A female phone counselor, Rinko, is being contacted by a man who has pictures of her from her erotic modeling days, something her husband doesn't know anything about. In the same mail as the pictures of her, she is also sent a cell phone. Through the cell phone she is given instructions on weird things she has to act out in public to prevent him from spreading the photos to her husband. This starts a cycle of a long erotic nightmare for both Rinko and her husband.
We all know and love "Tetsuo". I've been a fan of that movie for such a long time, and I actually remember the first day I saw it. I was laying in the couch not really knowing at all what I was about to watch. I certainly didn't expect that I would watch the movie three times in a row that night. Later the same night, I ordered myself a copy of the film along with the second part. For many years, these two were the only films by Shinya Tsukamoto I had seen. Now and then I got curious about his other stuff but never felt like spending the money to find out what he had done more than "Tetsuo". Luckily, Preston (yes, from this site) being the good man as he is, recommended Shinya's newer horror movie "Nightmare Detective" after watching it, and needless to say it sounded extremely interesting. Of course I ordered it once I got money for it. A few days later I got the copy in my hand and watched it the same day. I now realized that Shinya Tsukamoto was in fact a great filmmaker, and "Tetsuo" really wasn't a lucky shot in his career (not that I ever thought it was. Even though I never got as into "Tetsuo 2". Might be because I expected it to be more than just a spiritual sequel), and I just knew I had to get another film of his. "A Snake of June" was the next in line. Erotic drama with surrealistic elements sounded like it would be my cup of tea. I never really read too much into it before watching it because I had so far seen three different sides of Tsukamoto and I understood that he would end up surprising me either way, so I might as well go into it blind.
Admittedly, I expected it to be more surreal. And this has nothing to do with past movies of his I've seen, but because "surrealistic" was often thrown around when people mentioned the movie. And yes, it is still a bit surreal, but the story feels very real. It takes places in a Japanese city and revolves around Rinko and her husband Shigehiko. Rinko works at a suicide hotline kind of place, and one day she receives photos from her past life, erotic photos that she doesn't want her husband to find out about. The person who mailed her the photos also sent a phone that he can contact her through, so he can instruct her into doing wild things in public. We soon find out more and more about Rinko, the husband and the caller, and the tales takes a few turns, ultimately going towards the husband, who also gets terrorized by the caller after he gives his wife something that the caller considers bad advice. There is no turning into metal here, and it's not total chaos. This is a different cake altogether and it had me hooked in a completely opposite way than "Tetsuo" did. Here it was all about Shinya's way to narrate a realistic dark erotic thriller.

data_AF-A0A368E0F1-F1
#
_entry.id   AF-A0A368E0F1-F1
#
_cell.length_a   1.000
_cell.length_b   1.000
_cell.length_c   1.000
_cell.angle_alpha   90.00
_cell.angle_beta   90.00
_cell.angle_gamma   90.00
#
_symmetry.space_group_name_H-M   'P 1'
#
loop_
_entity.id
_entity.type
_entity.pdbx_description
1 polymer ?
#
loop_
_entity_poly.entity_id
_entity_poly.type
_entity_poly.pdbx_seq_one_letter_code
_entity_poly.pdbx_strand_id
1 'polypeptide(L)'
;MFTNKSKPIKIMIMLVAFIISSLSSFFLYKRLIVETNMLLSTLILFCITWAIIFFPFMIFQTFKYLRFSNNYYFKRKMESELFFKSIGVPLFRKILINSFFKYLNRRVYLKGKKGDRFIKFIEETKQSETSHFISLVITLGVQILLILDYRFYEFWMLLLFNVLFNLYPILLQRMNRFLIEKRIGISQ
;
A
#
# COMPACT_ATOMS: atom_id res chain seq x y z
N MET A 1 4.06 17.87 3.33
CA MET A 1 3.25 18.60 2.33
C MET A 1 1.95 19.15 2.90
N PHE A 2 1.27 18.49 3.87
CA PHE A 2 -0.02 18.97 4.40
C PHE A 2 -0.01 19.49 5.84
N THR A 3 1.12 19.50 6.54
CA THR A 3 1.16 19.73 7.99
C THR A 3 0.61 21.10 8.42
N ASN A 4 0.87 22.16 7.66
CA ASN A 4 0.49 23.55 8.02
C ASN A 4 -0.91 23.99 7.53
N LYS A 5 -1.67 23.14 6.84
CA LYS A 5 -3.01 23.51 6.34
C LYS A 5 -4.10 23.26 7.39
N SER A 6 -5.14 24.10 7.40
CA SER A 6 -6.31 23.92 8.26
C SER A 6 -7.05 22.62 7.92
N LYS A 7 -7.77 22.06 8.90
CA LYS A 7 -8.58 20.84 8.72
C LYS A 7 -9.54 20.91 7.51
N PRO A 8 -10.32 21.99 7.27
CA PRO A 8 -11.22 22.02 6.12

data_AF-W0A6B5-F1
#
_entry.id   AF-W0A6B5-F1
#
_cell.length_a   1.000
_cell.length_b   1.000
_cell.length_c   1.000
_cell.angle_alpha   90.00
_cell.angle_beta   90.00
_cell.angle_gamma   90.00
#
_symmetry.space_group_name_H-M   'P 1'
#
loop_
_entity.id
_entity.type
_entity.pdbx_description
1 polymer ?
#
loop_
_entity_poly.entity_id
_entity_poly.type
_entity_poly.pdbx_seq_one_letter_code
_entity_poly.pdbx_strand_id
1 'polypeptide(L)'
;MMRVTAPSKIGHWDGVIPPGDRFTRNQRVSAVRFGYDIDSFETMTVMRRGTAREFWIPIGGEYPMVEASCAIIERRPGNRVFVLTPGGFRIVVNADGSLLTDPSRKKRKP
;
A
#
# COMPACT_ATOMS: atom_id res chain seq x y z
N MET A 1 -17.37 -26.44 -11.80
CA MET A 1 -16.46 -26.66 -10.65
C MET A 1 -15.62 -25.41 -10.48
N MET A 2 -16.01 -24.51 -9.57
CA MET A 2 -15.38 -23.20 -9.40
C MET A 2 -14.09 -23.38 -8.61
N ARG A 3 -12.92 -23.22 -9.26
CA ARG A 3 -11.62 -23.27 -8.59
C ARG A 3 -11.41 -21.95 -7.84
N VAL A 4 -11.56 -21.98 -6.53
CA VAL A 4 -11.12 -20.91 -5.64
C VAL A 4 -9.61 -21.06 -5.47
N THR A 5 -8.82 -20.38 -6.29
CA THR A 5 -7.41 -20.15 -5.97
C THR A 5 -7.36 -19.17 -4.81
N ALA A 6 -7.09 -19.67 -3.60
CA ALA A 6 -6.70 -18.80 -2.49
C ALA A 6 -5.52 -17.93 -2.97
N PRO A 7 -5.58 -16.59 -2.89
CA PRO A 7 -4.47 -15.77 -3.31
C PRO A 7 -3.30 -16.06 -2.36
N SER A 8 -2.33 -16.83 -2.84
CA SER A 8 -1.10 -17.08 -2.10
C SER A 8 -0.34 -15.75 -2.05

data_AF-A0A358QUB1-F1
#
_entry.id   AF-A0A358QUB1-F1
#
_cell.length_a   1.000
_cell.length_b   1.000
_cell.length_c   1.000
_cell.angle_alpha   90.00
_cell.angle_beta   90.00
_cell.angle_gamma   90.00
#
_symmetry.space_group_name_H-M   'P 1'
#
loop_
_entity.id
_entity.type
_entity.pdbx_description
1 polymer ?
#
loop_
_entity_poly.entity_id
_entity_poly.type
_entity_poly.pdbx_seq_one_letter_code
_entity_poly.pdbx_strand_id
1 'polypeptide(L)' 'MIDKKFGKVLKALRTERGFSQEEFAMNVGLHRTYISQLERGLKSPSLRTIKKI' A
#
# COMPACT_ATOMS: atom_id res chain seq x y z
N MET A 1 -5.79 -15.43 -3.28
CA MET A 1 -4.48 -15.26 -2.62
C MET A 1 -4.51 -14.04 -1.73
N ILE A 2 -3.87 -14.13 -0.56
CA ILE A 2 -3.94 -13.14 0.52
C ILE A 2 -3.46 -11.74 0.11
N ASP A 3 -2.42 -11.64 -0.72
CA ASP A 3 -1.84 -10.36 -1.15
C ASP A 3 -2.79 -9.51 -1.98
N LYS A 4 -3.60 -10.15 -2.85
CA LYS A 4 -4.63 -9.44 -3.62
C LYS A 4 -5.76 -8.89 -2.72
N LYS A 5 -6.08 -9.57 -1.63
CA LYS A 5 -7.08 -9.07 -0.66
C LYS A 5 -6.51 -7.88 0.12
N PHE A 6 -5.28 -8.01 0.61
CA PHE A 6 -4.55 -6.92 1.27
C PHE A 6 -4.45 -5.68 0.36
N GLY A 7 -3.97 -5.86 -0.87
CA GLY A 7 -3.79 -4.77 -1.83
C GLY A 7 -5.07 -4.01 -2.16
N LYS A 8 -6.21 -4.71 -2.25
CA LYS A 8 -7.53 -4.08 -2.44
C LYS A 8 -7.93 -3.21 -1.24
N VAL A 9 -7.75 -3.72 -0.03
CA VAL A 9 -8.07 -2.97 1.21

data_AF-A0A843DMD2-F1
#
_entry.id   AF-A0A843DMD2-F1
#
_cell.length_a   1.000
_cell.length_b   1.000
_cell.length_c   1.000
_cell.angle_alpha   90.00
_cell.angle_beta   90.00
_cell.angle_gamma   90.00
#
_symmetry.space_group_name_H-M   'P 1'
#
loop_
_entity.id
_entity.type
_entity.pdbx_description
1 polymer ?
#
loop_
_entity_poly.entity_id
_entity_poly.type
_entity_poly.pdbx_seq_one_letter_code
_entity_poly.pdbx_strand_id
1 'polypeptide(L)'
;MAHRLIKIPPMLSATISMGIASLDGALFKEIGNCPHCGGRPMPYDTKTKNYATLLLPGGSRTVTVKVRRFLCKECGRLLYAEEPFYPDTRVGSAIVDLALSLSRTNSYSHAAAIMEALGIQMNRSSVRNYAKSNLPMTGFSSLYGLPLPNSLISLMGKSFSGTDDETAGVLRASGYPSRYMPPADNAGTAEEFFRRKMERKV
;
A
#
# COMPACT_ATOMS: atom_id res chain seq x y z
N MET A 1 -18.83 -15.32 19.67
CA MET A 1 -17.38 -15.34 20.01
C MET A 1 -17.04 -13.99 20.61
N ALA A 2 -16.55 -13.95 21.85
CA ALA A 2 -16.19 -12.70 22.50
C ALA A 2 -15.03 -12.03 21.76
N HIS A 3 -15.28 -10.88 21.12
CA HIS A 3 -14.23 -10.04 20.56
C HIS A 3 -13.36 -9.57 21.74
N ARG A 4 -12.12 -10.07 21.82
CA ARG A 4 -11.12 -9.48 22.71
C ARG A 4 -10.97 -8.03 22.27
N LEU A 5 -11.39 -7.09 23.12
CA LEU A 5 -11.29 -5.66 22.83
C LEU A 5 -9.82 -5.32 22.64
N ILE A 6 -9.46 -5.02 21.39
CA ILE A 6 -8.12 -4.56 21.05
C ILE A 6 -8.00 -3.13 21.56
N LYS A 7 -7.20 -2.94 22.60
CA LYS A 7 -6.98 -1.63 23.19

But don't fear, this is not your typical thriller either. First of all the movie is all tinted into blue colors rather than just being black and white, and it wouldn't be Shinya Tsukamoto if the movie didn't have impressive cinematography. There is no doubt that Shinya is a master at what he does, he knows exactly how to make small things important and how to make colors and angles tell parts of the story that is being told. If he wants you to feel like you are in hell, that's what it will look like on the screen.
Don't get hung up on the "erotic" part, since the film isn't really graphic in that way, so if you feel you want to watch this with anyone, feel free to. Eroticism is all over the movie, but done right so it doesn't leave you feeling dirty for watching it. Not that I mind that, but it might be good to know exactly what you are getting into. Although there is a slight surreal and perverse scene towards the end that will bring some thoughts back to the drill from "Tetsuo", there isn't much smut in this one at all. A couple of nude shots, sure, but that's about it.
"A Snake of June" should be watched by people who enjoy artistic quality to their mysteries and don't mind a perverse story. Fans of Shinya Tsukamoto's other movies should be pleased if they go into it knowing that it's not another "Tetsuo" (of course, people who have seen even more of his work than I have so far will know that he has a variety of styles). I was left highly satisfied with this erotic thriller, and the story felt alot more real and intriguing than I initually expected out of it. Overall it's a really good psychological movie.